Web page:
Film review: Le Week-End

Jim Broadbent and Lindsay Duncan in Le Week-end

Jim Broadbent and Lindsay Duncan in Le Week-end

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LOVE and hate fail to describe the complex tangle of feelings a couple run though during an anniversary break in Paris. On the train, Nick (Jim Broadbent) fusses over their wallet of euros while Meg (Lindsay Duncan) barely conceals her impatience.

Le Week-End (15)

Director: Roger Michell

Running time: 93 minutes

* * * *

The bickering starts in earnest when she sees their drab hotel, and insists they check out and find a more glamorous place that they cannot afford. Despite the romantic upgrade however, when he tries to resuscitate their sex life, she rejects the pawing. “Your vagina has become something of a closed book,” mourns Broadbent, incidentally demonstrating that he can still jolt a press audience into a collective sharp intake of breath.

Le Week-End is also about another partnership, Roger Michell and Hanif Kureishi, who have collaborated on a series of modestly budgeted, emotionally ambitious films over the past ten years, all reflecting on love, desire and betrayal past pension age. This triptych began in 2003 with The Mother, where Anne Reid’s grandmother falls for a pre-Bond Daniel Craig, who is half her age. In 2006 Peter O’Toole vainly craves the vitality of connecting with twentysomething Jodie Whittaker in Venus. In Le Week-End, the leads are more evenly matched: a couple both heading towards 60, and whose relationship has been eroded by 30 years of resentments.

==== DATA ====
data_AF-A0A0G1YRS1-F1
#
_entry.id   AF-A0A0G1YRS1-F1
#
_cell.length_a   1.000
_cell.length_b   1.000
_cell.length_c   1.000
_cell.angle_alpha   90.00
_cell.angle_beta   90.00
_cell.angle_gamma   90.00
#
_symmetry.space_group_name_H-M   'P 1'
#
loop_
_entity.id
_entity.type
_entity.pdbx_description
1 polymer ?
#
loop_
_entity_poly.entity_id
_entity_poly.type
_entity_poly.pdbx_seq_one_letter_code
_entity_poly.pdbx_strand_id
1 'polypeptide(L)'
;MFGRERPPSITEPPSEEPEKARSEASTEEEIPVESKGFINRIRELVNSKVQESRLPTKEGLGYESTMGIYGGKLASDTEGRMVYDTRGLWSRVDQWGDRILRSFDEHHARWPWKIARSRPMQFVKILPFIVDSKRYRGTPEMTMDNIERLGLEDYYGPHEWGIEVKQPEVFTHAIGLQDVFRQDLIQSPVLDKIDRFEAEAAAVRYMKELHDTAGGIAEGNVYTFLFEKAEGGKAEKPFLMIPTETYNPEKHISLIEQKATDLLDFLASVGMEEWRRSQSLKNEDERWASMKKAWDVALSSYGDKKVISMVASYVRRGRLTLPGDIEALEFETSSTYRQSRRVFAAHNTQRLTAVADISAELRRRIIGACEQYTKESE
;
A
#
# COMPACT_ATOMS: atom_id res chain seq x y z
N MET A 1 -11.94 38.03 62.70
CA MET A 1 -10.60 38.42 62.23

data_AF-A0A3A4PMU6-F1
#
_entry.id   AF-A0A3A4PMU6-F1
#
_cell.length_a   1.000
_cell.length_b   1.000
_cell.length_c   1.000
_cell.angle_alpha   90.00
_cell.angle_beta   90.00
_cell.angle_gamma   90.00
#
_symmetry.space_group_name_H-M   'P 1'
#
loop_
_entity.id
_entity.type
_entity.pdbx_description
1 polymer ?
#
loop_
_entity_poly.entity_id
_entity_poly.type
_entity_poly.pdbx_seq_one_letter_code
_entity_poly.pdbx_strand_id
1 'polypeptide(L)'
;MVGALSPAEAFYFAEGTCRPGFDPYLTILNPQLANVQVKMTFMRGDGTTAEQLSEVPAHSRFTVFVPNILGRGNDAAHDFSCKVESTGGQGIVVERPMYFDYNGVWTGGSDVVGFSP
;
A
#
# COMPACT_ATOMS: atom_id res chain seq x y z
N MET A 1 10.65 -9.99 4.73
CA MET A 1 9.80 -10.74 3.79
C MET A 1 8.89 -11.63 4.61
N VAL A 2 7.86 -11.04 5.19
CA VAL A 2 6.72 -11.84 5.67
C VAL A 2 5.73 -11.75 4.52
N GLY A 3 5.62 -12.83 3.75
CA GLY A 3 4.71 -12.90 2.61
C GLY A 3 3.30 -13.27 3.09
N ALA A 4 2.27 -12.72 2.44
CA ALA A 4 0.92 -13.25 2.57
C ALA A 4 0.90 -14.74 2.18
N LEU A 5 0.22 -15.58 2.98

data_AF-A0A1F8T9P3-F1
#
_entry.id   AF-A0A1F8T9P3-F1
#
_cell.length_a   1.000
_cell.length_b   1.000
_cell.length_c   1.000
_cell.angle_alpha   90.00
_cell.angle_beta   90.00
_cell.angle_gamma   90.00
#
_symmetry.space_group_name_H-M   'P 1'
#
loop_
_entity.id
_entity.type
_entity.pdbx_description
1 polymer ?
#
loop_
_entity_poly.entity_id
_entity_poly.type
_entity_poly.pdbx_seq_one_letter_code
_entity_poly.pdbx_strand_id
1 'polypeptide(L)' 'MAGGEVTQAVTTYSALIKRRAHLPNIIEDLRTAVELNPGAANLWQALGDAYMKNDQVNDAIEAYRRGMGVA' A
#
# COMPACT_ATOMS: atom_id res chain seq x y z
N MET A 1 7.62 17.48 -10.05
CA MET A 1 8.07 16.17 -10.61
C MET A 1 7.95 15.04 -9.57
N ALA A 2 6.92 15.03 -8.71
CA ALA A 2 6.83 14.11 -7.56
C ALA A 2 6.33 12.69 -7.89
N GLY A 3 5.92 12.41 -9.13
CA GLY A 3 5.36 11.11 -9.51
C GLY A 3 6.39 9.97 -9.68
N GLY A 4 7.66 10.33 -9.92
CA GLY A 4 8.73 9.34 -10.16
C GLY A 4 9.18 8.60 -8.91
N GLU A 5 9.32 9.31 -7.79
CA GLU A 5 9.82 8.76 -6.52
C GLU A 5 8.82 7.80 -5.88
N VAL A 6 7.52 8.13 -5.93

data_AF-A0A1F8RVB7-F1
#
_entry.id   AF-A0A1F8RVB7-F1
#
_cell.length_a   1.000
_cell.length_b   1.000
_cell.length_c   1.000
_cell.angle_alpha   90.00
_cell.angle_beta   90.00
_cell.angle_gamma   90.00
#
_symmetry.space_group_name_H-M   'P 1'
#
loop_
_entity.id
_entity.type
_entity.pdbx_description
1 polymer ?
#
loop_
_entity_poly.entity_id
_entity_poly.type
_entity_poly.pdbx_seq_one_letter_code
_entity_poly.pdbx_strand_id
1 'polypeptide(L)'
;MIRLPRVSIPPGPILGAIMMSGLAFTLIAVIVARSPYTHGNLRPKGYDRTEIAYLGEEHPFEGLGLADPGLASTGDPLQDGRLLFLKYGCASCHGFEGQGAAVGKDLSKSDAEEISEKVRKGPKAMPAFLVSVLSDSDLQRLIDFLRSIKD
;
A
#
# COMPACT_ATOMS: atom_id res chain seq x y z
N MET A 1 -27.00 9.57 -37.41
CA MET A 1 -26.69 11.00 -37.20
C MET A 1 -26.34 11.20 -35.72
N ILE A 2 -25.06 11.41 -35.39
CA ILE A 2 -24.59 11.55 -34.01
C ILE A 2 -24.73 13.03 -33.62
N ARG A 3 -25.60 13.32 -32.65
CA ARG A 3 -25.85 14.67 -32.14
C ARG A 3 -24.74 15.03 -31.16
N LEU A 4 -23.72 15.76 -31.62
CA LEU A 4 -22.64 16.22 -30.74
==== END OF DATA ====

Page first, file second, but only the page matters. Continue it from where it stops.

That’s because this is a Kureishi script. Once upon a time he was an avatar of youthful rebellion, but now he seems intrigued by rebels of all ages, and relationships which habitually lean on pain, thoughtlessness, exasperation and crude honesty. Nick and Meg have a grown son who sponges off them, unsatisfying teaching jobs, and a constant nag of unfulfilment. Nick is waiting for the right moment during this break to tell Meg he has been forced into early retirement by his university, after inappropriate remarks made to one of his students. Meg is drawn to making some radical life changes, which may not include Nick.

Shared values keep them together, especially a shared sense of humour. Tensions can dissipate into giggles, and watching them can also be pretty funny, even when the circumstances are at their most mortifying. The catalyst is a chance encounter with an old university friend (Jeff Goldblum), who is now rich, successful, highly sexed with a besotted wife. In other words, he is everything that Nick isn’t. He’s also hilarious in the best Goldblum manner, which is to say hip, lizardly and distracted.

Like earwigging on some domestic discontent at the next table, the banter can feel thrillingly transgressive; a geriatric attempt to do a runner from a restaurant bill is one highpoint, a drunken dinner party confession of inadequacy is another. The upshot is a perfectly calibrated essay on a very British form of hope and foolishness. She’s impulsive, propulsive and compulsively restless. He’s steadier, but more despairing. If this was a Bergman picture, that alone would sustain three acts and a chilly Scandinavian sunset but Nick and Meg are more hectic, earthier and sturdier than that. Unassuming but authentic, Le Week-End makes Before Midnight’s Julie Delpy and Ethan Hawke look like Terry and June. n

Twitter @SiobhanSynnot

On general release from Friday.

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